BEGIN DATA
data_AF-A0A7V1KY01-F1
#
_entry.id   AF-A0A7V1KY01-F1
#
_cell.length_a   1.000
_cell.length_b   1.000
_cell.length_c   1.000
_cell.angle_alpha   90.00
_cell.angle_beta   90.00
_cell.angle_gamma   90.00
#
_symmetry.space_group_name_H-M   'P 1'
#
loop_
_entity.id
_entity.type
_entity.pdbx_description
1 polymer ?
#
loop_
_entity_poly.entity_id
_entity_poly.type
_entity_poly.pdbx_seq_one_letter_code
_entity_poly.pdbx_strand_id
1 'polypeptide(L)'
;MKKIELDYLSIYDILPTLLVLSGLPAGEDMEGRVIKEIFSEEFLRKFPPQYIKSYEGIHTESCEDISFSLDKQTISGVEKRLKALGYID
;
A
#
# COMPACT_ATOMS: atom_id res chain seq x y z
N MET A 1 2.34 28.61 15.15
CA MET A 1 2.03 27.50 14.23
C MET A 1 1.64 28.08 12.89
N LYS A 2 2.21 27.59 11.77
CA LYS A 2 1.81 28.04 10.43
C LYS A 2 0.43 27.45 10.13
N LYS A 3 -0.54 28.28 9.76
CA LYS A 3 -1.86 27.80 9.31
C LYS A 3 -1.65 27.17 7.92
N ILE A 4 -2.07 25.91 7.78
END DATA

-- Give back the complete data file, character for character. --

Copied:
data_AF-A0A7V1KY01-F1
#
_entry.id   AF-A0A7V1KY01-F1
#
_cell.length_a   1.000
_cell.length_b   1.000
_cell.length_c   1.000
_cell.angle_alpha   90.00
_cell.angle_beta   90.00
_cell.angle_gamma   90.00
#
_symmetry.space_group_name_H-M   'P 1'
#
loop_
_entity.id
_entity.type
_entity.pdbx_description
1 polymer ?
#
loop_
_entity_poly.entity_id
_entity_poly.type
_entity_poly.pdbx_seq_one_letter_code
_entity_poly.pdbx_strand_id
1 'polypeptide(L)'
;MKKIELDYLSIYDILPTLLVLSGLPAGEDMEGRVIKEIFSEEFLRKFPPQYIKSYEGIHTESCEDISFSLDKQTISGVEKRLKALGYID
;
A
#
# COMPACT_ATOMS: atom_id res chain seq x y z
N MET A 1 2.34 28.61 15.15
CA MET A 1 2.03 27.50 14.23
C MET A 1 1.64 28.08 12.89
N LYS A 2 2.21 27.59 11.77
CA LYS A 2 1.81 28.04 10.43
C LYS A 2 0.43 27.45 10.13
N LYS A 3 -0.54 28.28 9.76
CA LYS A 3 -1.86 27.80 9.31
C LYS A 3 -1.65 27.17 7.92
N ILE A 4 -2.07 25.91 7.78